Admittedly, more research would need to be done in assessing the full scope of this proposal, however it seems that more is given up in trying to harmonize something that may not need to be harmonized. Granted the tensions of the issue of Joshua and the Hebrews wiping out some of the Canaanite cities must not ever be dismissed. However, if the reader keeps in mind all that has been outlined in this post, the texts in question can be dealt with in an honest and straightforward way.
Why The New Atheists’ Attempts to Show Yahweh and the Scriptures as Untrustworthy fail
As was noted at the beginning, Dr. Darrell Bock outlines the typical logical argument made by the New Atheists and Skeptics against the character of God and the Biblical text:
a. Yahweh is portrayed as a Good and Just God
b. Any form of human genocide is evil and unacceptable and morally monstrous
c. The Bible records Yahweh issuing commands to Joshua and the Israelites to destroy the Canaanites in holy war so as to take up residence in the land of Canaan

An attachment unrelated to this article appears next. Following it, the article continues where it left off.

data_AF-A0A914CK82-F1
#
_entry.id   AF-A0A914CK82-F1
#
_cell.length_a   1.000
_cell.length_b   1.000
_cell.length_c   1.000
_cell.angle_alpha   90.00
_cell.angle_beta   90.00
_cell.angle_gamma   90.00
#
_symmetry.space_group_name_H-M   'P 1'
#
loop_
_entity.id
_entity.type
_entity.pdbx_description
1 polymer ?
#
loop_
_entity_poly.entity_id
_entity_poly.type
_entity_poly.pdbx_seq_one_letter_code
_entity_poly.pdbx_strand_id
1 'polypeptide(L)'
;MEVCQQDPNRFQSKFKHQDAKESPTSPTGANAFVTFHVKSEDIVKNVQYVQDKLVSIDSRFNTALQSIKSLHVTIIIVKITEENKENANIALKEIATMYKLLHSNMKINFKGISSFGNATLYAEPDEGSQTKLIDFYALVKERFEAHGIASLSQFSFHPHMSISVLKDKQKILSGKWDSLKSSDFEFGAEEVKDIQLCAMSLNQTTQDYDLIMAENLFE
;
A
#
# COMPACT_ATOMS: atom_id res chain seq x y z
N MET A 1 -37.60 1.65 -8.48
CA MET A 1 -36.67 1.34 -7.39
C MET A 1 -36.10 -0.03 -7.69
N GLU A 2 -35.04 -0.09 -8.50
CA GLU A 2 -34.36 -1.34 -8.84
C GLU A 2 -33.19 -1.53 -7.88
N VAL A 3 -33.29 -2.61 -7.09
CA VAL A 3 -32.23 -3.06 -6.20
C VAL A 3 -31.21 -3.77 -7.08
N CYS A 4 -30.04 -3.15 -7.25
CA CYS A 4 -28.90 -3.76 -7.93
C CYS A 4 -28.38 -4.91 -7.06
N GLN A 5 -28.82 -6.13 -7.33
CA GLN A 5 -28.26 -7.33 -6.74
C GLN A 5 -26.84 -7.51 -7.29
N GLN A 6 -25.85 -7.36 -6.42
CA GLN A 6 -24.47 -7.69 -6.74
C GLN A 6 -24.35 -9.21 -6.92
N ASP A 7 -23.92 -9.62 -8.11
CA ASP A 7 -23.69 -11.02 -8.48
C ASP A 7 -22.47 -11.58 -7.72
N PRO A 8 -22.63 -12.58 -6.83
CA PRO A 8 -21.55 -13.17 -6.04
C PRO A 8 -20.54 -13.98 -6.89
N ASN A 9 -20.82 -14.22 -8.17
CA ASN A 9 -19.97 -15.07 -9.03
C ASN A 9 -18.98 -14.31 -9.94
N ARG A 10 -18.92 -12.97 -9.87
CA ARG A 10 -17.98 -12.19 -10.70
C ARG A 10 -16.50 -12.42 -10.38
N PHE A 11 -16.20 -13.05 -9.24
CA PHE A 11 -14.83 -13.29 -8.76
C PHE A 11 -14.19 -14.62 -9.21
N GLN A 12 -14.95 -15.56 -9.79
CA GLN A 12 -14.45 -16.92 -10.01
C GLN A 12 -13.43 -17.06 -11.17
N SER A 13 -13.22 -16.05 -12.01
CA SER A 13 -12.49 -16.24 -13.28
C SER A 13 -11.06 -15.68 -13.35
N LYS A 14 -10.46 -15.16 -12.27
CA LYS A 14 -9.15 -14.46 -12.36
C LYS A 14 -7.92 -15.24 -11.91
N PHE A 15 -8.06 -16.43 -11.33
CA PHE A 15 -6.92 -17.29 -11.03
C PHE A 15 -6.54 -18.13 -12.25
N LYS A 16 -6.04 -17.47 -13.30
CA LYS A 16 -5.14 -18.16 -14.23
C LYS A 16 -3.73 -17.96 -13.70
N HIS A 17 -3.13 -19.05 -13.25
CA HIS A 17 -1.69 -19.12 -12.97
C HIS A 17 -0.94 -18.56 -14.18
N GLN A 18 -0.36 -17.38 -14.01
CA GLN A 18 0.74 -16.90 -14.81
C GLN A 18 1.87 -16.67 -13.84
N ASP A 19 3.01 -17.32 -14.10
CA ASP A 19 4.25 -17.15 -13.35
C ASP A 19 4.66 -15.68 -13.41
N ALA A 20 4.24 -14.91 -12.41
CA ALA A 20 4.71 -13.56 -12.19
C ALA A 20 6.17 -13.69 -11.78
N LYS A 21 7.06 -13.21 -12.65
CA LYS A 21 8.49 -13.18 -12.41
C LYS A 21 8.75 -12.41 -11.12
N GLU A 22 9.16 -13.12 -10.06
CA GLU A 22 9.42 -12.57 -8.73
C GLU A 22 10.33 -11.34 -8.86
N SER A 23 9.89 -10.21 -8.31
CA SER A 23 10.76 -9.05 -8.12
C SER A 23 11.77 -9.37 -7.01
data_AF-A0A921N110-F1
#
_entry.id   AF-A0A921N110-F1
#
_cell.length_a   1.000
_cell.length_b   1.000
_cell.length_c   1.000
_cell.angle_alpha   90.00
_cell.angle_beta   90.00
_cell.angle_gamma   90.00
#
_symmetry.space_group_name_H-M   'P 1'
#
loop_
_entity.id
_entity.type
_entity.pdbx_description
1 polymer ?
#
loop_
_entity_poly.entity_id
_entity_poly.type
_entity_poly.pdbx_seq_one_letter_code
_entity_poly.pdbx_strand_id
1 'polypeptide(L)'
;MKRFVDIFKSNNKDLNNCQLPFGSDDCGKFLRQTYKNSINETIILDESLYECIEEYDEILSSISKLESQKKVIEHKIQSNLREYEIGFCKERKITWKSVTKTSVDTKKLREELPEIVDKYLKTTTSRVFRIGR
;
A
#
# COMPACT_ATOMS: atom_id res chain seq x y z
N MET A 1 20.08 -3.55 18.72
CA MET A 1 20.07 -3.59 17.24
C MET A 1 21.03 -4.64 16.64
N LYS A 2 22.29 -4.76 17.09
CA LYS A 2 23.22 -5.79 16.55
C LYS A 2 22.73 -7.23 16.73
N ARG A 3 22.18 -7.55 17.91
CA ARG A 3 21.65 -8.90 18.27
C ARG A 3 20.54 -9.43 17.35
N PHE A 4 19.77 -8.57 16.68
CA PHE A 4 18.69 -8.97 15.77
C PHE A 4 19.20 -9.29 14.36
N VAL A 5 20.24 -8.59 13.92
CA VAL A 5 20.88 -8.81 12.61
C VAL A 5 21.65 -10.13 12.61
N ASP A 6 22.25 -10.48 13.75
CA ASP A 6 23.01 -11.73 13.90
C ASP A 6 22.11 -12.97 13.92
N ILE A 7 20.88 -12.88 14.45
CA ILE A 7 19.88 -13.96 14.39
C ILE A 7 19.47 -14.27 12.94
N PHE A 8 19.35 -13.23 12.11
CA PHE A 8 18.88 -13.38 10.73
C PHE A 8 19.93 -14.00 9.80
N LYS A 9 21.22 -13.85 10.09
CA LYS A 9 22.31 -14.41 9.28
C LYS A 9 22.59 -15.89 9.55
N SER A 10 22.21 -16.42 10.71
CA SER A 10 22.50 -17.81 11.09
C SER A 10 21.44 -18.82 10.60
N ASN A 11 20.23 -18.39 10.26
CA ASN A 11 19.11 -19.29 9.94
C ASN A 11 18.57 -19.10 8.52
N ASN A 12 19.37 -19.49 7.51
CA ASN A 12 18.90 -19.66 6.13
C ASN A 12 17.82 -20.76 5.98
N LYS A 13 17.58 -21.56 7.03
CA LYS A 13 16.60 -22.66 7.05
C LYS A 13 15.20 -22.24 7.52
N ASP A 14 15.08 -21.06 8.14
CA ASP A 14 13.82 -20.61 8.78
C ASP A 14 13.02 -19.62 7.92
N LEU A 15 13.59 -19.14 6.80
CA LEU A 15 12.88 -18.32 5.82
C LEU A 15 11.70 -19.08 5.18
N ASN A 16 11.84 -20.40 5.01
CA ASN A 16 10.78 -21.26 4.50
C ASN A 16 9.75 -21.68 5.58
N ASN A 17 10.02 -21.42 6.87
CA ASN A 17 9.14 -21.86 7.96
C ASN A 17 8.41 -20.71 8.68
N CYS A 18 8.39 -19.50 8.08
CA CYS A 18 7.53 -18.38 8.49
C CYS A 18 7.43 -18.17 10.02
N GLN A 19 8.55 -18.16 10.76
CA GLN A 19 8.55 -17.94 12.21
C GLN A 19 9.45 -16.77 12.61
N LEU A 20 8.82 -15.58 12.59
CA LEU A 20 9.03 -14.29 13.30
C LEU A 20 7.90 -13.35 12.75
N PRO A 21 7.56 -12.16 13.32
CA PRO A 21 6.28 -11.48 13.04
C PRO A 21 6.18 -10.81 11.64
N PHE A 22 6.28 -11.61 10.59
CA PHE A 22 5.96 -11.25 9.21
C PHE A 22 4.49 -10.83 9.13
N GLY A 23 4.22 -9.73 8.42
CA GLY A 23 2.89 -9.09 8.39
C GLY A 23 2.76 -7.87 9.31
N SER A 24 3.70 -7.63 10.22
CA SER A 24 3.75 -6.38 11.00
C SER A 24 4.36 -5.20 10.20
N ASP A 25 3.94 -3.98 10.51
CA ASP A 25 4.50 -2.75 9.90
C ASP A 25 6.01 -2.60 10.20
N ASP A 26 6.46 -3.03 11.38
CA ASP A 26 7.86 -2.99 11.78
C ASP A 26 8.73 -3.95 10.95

d. The Bible avows the character of Yahweh and the actions of the Israelites, and therefore the Bible and Yahweh are morally monstrous
In the above considerations and proposed framing of this issue, the third proposition, “point ‘c'” has been shown to be invalid, since Holy War and Genocide are not identical. This blogger has contended that if it can be shown that Yahweh’s command of holy war is different from genocide and if it can be explained why the Bible avows Yahweh’s character and the Israelite’s actions, then the above typical logical argument will be shown to be of no affect. When the wider context surrounding Joshua (not just a few isolated statements as typically proposed by the skeptics) is considered, coupled with the even wider ANE context, the New Atheists criticisms lose traction and the character of Yahweh and His Word remains intact. By diffusing one part of the argument, the whole argument falls to the ground.